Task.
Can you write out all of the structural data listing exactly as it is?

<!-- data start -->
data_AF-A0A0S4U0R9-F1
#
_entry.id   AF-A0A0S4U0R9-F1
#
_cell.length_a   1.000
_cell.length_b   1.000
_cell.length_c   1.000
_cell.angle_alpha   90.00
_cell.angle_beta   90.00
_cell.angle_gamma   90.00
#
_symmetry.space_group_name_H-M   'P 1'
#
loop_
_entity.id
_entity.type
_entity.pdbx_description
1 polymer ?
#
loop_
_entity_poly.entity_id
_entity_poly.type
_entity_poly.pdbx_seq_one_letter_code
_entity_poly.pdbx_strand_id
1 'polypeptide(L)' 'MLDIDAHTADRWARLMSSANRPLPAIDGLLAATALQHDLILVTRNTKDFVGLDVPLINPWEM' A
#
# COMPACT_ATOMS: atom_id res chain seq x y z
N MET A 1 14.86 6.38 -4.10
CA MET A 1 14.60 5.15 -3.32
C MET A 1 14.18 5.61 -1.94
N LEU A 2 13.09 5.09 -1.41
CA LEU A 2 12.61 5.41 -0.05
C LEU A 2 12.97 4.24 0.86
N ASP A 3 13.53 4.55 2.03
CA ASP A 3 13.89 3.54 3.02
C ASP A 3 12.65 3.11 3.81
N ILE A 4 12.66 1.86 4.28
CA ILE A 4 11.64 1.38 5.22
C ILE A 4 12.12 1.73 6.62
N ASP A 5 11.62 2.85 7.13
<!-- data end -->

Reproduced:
data_AF-A0A0S4U0R9-F1
#
_entry.id   AF-A0A0S4U0R9-F1
#
_cell.length_a   1.000
_cell.length_b   1.000
_cell.length_c   1.000
_cell.angle_alpha   90.00
_cell.angle_beta   90.00
_cell.angle_gamma   90.00
#
_symmetry.space_group_name_H-M   'P 1'
#
loop_
_entity.id
_entity.type
_entity.pdbx_description
1 polymer ?
#
loop_
_entity_poly.entity_id
_entity_poly.type
_entity_poly.pdbx_seq_one_letter_code
_entity_poly.pdbx_strand_id
1 'polypeptide(L)' 'MLDIDAHTADRWARLMSSANRPLPAIDGLLAATALQHDLILVTRNTKDFVGLDVPLINPWEM' A
#
# COMPACT_ATOMS: atom_id res chain seq x y z
N MET A 1 14.86 6.38 -4.10
CA MET A 1 14.60 5.15 -3.32
C MET A 1 14.18 5.61 -1.94
N LEU A 2 13.09 5.09 -1.41
CA LEU A 2 12.61 5.41 -0.05
C LEU A 2 12.97 4.24 0.86
N ASP A 3 13.53 4.55 2.03
CA ASP A 3 13.89 3.54 3.02
C ASP A 3 12.65 3.11 3.81
N ILE A 4 12.66 1.86 4.28
CA ILE A 4 11.64 1.38 5.22
C ILE A 4 12.12 1.73 6.62
N ASP A 5 11.62 2.85 7.13